Bridging narrow or blocked vessels
The bypass surgery is performed for coronary heart diseases. At first a coronary angiography is performed with a catheter, to determine and quantify the narrowing in the cardiac vessels. A team of doctors then decides, which available option brings the best results for the patient. Placing a stentA tube that keeps the passageway of a vessel openedis the first choice in most situations, because it is less invasive than a bypass surgery. However, certain constellations might arise, that make a bypass surgery unavoidable, because it offers the best long-term results for the patient. In situations, where mainly the left side of the heart is affected by the disease, the bypass surgery is the gold standard.
Therapy evaluation in the Heartteam
To proceed with a bypass surgery, the chest must be opened. A heart-lung machine is usually used to unload the heart and provide the best setting for the surgical team. Through the bypasses, fresh blood is diverted to the areas of the heart muscle that are undersupplied. These diversions consist of the body's own vessels, such as the left or right chest wall artery (Mammaria), the radial artery from the arm or (increasingly rarely) veins from the leg. The arteries are preferred, because they ensure the best long-term results. The decision to use a stent or bypass will be made with the entire HeartTeam to ensure, that the best procedure is selected for each patient.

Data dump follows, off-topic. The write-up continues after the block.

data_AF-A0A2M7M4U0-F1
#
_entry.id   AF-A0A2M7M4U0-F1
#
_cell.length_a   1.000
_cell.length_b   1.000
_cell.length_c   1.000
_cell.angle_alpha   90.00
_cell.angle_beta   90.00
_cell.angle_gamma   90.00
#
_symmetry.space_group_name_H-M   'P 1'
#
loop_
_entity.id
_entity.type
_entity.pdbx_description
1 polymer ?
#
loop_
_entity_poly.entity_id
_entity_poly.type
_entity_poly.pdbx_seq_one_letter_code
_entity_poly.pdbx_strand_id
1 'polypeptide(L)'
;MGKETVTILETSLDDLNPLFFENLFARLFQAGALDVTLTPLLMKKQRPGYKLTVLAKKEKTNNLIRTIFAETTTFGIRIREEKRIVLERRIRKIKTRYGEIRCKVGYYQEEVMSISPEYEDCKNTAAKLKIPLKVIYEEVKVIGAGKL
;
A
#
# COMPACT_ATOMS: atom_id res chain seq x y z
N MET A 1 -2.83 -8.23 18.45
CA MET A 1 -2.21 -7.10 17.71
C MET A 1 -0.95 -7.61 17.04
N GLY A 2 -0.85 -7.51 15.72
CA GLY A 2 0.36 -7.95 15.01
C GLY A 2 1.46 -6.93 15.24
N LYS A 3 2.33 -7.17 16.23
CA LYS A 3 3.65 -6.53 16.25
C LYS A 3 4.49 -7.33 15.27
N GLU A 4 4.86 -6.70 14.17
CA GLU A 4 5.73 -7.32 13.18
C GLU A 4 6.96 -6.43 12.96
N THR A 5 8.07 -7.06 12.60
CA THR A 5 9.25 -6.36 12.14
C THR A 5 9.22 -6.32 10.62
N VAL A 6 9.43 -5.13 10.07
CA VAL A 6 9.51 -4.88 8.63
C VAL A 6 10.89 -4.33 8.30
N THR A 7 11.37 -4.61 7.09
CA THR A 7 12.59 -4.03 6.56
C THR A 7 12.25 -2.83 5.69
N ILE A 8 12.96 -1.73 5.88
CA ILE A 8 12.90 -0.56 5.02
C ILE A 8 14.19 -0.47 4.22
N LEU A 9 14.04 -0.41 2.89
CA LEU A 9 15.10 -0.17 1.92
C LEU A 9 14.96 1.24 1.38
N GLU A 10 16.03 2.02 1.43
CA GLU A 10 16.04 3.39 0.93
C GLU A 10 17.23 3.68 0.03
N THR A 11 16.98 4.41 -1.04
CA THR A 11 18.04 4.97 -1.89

Minimally invasive hybrid interventions
Hybrid interventions are currently also on the rise in this area. The guiding principle here is “The best of two worlds”. For example, in the case of a bypass surgery, it can be decided to use arteries for the new blood supply (bypasses) and to treat other target vessels with stents in a second session. We would be happy to inform you about all these alternatives during a consultation / second opinion.
What is a MIDCAB?
MIDCAB - is the minimally invasive bypass surgery. It can be used in certain situations. In this situation, the whole operation is done through a 5cm incision under the left nipple. This consists of a bypass from the left internal mammary artery (LIMA) to the main vessel on the heart, namely the RIVA (lat. Ramus Interventricularis Anterior). This is done without a heart-lung machine and usually takes 90 minutes. The long-term results of this operation are excellent and surpass the stent. But it is not always possible to do this procedure.